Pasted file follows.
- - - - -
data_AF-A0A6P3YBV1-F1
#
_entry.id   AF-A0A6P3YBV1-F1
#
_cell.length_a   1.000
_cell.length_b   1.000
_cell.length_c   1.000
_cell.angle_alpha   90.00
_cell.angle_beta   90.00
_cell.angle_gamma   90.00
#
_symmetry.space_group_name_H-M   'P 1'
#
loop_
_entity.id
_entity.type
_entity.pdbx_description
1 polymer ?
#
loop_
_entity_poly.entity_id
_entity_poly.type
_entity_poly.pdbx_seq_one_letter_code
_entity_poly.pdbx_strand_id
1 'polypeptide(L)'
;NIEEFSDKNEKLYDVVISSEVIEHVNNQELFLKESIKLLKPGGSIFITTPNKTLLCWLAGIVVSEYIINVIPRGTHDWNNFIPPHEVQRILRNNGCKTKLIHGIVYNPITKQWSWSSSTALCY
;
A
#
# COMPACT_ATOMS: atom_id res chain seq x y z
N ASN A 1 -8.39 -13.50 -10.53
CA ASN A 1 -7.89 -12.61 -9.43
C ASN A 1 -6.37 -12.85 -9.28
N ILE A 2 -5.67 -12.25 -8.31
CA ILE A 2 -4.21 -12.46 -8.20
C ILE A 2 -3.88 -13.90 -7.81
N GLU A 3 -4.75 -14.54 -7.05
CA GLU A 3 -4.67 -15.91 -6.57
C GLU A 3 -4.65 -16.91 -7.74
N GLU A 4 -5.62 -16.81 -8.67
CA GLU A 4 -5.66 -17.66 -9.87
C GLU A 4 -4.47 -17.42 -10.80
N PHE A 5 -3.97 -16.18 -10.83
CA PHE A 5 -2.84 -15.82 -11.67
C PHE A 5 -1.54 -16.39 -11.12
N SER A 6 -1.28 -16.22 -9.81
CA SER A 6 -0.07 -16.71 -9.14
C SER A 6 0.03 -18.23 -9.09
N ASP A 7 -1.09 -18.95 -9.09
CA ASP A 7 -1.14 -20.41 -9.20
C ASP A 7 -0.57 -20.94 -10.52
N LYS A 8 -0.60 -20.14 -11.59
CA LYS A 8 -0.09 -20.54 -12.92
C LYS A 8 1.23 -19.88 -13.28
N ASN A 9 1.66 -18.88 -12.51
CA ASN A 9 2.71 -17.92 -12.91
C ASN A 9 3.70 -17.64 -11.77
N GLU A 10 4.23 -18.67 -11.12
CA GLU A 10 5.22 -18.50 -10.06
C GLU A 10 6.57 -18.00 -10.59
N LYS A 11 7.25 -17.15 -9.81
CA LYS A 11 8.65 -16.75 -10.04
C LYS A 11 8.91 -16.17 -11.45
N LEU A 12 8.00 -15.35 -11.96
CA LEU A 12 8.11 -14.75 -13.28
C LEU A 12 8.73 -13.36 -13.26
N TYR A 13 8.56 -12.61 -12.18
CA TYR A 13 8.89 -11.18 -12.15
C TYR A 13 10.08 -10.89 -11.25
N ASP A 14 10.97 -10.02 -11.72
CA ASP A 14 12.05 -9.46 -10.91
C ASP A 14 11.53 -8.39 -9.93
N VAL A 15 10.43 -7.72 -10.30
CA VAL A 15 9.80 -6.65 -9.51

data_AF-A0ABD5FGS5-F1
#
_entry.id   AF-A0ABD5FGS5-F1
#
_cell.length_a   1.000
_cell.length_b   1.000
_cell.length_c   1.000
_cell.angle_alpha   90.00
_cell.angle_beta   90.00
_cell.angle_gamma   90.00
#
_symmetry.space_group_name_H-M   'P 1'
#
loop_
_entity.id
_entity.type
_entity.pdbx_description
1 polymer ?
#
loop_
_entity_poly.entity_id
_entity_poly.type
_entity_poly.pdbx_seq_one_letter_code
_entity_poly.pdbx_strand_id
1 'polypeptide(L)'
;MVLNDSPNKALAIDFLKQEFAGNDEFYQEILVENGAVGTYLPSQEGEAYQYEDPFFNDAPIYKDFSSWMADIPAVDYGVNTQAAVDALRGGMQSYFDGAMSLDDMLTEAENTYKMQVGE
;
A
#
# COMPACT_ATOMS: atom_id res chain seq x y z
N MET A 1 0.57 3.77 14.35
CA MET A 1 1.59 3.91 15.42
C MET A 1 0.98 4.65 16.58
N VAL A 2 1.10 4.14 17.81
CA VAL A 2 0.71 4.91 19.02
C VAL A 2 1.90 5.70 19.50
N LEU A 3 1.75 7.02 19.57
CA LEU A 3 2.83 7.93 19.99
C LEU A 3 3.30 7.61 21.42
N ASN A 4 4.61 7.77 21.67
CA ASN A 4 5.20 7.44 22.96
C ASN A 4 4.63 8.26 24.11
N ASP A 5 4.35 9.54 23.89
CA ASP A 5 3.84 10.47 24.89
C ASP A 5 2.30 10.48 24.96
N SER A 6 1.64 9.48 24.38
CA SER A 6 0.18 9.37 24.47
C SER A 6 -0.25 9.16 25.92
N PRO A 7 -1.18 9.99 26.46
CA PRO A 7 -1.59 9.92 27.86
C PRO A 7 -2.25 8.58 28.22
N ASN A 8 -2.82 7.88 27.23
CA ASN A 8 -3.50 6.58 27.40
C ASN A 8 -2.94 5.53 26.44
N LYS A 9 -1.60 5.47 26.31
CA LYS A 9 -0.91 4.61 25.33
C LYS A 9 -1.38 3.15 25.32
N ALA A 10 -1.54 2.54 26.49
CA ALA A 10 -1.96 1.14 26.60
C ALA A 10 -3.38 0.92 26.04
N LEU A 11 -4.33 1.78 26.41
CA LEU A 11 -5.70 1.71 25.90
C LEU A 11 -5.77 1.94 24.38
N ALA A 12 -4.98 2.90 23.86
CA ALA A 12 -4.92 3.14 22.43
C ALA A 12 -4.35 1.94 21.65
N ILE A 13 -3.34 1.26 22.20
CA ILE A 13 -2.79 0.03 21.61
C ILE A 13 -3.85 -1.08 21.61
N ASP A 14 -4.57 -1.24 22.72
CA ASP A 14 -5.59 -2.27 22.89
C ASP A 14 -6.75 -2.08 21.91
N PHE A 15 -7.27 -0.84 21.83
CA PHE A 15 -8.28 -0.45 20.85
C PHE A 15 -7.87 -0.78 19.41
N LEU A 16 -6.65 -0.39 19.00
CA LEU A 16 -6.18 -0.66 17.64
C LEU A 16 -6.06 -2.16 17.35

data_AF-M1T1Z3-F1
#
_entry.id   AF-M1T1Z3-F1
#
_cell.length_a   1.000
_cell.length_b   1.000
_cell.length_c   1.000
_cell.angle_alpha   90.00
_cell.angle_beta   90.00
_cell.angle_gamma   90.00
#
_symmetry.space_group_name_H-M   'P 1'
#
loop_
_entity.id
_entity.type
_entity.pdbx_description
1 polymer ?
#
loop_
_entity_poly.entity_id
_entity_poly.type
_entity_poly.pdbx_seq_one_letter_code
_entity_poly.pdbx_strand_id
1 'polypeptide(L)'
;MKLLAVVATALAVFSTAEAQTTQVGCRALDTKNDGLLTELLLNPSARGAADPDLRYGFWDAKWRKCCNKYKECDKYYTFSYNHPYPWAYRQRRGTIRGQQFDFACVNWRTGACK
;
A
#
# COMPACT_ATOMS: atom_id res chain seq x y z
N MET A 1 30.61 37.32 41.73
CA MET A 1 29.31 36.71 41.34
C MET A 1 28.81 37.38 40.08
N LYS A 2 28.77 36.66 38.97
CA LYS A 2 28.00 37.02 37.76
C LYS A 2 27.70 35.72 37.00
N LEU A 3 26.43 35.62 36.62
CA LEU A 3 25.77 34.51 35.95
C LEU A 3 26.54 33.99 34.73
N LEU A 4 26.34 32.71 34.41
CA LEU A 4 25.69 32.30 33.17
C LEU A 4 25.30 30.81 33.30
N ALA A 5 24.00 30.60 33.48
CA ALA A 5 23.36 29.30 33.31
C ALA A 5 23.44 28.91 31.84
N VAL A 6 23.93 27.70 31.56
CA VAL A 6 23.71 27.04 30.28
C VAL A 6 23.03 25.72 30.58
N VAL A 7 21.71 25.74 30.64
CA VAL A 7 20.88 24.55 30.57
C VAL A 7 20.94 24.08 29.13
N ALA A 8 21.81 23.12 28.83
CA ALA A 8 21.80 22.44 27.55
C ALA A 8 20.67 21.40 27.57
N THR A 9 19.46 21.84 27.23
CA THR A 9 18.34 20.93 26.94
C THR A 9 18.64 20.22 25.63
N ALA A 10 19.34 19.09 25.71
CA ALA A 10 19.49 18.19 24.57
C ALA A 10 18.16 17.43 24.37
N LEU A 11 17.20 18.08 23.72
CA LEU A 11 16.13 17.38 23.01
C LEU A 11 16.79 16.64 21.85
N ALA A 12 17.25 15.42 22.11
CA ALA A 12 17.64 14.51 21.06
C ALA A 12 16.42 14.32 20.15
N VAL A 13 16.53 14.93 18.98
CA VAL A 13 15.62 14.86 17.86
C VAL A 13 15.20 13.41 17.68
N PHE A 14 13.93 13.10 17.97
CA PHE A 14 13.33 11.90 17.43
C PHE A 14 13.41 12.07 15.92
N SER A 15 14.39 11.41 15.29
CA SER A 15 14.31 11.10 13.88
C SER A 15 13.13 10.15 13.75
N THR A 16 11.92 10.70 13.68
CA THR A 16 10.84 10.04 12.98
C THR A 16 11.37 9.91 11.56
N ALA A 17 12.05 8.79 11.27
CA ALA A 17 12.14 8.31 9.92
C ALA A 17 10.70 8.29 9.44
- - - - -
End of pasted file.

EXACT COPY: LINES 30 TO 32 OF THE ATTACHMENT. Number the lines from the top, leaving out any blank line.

# COMPACT_ATOMS: atom_id res chain seq x y z
N ASN A 1 -8.39 -13.50 -10.53
CA ASN A 1 -7.89 -12.61 -9.43